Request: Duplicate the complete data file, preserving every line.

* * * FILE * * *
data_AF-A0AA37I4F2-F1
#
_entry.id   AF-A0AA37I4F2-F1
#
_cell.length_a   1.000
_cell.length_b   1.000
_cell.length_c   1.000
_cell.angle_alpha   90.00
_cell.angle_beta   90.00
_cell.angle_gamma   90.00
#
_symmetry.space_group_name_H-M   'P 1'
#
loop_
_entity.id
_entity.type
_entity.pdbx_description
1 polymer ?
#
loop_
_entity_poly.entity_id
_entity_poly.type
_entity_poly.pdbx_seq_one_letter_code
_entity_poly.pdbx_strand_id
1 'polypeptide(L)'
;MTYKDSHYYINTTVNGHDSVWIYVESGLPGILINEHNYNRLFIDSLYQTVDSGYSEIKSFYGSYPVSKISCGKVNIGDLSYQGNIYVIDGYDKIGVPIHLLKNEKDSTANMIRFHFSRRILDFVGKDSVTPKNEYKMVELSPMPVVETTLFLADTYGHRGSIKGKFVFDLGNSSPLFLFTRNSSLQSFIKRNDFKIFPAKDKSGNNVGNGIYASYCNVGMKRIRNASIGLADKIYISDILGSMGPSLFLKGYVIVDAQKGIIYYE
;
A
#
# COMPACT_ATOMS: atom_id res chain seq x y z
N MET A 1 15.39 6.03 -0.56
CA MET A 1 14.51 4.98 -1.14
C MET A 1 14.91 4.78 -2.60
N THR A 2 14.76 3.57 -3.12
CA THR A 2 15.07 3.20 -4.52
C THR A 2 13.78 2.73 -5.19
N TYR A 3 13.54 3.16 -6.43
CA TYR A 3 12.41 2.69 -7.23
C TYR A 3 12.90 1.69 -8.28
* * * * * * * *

data_AF-A0AA37I4F2-F1
#
_entry.id   AF-A0AA37I4F2-F1
#
_cell.length_a   1.000
_cell.length_b   1.000
_cell.length_c   1.000
_cell.angle_alpha   90.00
_cell.angle_beta   90.00
_cell.angle_gamma   90.00
#
_symmetry.space_group_name_H-M   'P 1'
#
loop_
_entity.id
_entity.type
_entity.pdbx_description
1 polymer ?
#
loop_
_entity_poly.entity_id
_entity_poly.type
_entity_poly.pdbx_seq_one_letter_code
_entity_poly.pdbx_strand_id
1 'polypeptide(L)'
;MTYKDSHYYINTTVNGHDSVWIYVESGLPGILINEHNYNRLFIDSLYQTVDSGYSEIKSFYGSYPVSKISCGKVNIGDLSYQGNIYVIDGYDKIGVPIHLLKNEKDSTANMIRFHFSRRILDFVGKDSVTPKNEYKMVELSPMPVVETTLFLADTYGHRGSIKGKFVFDLGNSSPLFLFTRNSSLQSFIKRNDFKIFPAKDKSGNNVGNGIYASYCNVGMKRIRNASIGLADKIYISDILGSMGPSLFLKGYVIVDAQKGIIYYE
;
A
#
# COMPACT_ATOMS: atom_id res chain seq x y z
N MET A 1 15.39 6.03 -0.56
CA MET A 1 14.51 4.98 -1.14
C MET A 1 14.91 4.78 -2.60
N THR A 2 14.76 3.57 -3.12
CA THR A 2 15.07 3.20 -4.52
C THR A 2 13.78 2.73 -5.19
N TYR A 3 13.54 3.16 -6.43
CA TYR A 3 12.41 2.69 -7.23
C TYR A 3 12.90 1.69 -8.28